I don't want that for her. I want her to feel as if her Creator is here to help her, to be there for her when she needs someone to turn to, when she doesn't have the words to express how she's feeling. I think we've given her the skills to view Catholicism with reasonable and compassionate eyes. I think she can understand that anything that someone tells you is from God is still limited by their own understanding and shaped by their experiences, and that she should keep that in mind when deciding how she feels about what they claim.

The German worries that she might still be too young and that since we aren't Catholic might make it harder to keep up with what she's being taught, so that we can help her process it in a healthy manner. After all, he's already seen us through our process of recovering from one set of unhealthy religious beliefs. I don't blame him for not being all that eager to start over with that. Still, I'm willing to give this a try.

I've been trying to learn as much as I can about Catholicism. I've studied Islam for about a decade now and I still feel like there's a lot I don't know, so I'm figuring that this is going to be a long process. However, if this is what it takes for VangGoghGirl to retain a feeling of connectedness to her spiritual self, then I down with that. These are the years when so many parents lose their children. The kids start turning to people who really can't give them the sort of advice or support they need. I can't let that happen. If I have to choose between her putting her energy towards being a good Catholic or her putting her energy towards trying to be what a lot of other folks tell girls they should be, I'd choose the Church.

Today, VanGoghGirl went to mass with her best friend and her mom. The mom checked the girls out of school and brought them to church. VanGoghGirl said they explained the steps to her and that they even had little pamphlets that showed you just what to do. She told me how she put her hands across her chest when she went up to the priest so that he knew she wasn't Catholic and couldn't take communion yet. She was really excited about being blessed by the priest. She still had her ashes on her head and said she told me that she was keeping it on until she took her bath tonight. Most Catholics I know rub off the ashes soon after they leave church, so I was a little surprised. She said a few of the kids at school questioned her and teased her about it when they got back to school, but she sounded really confident when she said that she can handle them. I was really proud of her. It sounds like she's prepared to defend her decision. I like that.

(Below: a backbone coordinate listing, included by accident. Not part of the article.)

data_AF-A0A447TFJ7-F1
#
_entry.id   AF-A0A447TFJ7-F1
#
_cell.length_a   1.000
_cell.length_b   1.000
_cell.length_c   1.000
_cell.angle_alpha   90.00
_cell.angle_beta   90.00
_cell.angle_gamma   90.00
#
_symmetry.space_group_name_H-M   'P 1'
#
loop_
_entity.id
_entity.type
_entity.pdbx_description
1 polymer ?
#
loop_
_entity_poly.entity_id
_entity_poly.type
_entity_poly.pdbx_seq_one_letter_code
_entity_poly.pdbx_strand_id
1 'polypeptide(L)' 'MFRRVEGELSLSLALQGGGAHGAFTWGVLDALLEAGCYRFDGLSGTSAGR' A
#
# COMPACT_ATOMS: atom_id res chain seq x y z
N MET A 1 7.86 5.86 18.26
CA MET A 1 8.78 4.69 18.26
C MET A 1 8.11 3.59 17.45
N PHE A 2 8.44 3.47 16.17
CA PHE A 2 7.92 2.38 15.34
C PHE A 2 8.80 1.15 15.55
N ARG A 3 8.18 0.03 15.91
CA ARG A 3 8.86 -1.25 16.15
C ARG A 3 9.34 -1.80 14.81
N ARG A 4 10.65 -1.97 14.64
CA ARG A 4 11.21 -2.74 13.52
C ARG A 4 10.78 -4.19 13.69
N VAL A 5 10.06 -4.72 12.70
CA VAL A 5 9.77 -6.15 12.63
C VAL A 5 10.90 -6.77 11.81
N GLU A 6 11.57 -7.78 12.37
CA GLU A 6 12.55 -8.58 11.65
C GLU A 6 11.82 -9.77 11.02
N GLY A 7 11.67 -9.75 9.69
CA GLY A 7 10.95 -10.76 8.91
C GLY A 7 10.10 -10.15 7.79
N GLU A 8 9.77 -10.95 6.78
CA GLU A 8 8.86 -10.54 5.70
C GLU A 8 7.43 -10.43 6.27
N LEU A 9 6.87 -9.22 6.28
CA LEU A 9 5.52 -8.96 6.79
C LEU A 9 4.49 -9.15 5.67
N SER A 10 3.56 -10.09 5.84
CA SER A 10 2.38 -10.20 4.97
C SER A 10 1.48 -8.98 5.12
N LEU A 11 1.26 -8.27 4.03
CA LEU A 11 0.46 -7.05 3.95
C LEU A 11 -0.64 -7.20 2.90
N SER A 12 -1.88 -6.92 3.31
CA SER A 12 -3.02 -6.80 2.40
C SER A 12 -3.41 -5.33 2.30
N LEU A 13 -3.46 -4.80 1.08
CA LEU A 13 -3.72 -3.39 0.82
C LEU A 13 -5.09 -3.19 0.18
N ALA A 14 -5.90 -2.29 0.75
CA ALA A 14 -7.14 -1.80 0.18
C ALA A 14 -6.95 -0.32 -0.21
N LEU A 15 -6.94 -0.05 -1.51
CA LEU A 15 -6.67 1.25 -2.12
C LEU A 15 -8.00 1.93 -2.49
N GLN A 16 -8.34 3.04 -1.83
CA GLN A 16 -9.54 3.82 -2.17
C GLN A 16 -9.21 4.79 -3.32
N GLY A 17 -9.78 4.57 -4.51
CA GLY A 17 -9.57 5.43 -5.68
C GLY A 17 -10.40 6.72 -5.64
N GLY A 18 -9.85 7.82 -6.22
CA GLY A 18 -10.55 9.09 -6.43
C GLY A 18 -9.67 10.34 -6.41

I don't know where this journey is going to take us next, but I think it's going to be okay. I haven't told The German but VanGoghGirl has mentioned to me that she'd like to take confirmation classes soon. I guess we'll have to see what she needs to do to make the next steps towards her goal.


JGH said...

When I was growing up I wanted so much to be Catholic because my best friends were and they made CCD sound like so much fun. I wanted them to take me to confession with them because I envied their "cleansed souls." We didn't have the same type of confession in the Episcopal church that I belonged to!

When my kids were born I refrained from baptizing them because I didn't want to impose any religion on them. I sometimes wonder if I made the right decision and how I'd feel if they wanted to become Catholics. You and your partner have a good thoughtful and balanced approach, I think.

bint alshamsa said...

I was never baptized and I didn't have my daughter baptized, either. I feel like religion is something for adults. To me, children are innocents and that no loving Creator would sentence them to eternal damnation for something they do.

Unknown said...

I was raised a Catholic from the time I was 7 till I was 16 and decided to leave the church. I was baptizez, had communion and confirmation and have the cheesy picture to prove it. Now my spiritual practice is more rooted to who I am and where I come from. Pero now la Mapu, 11, wants to be a Catholic. She wants baptism and everything else.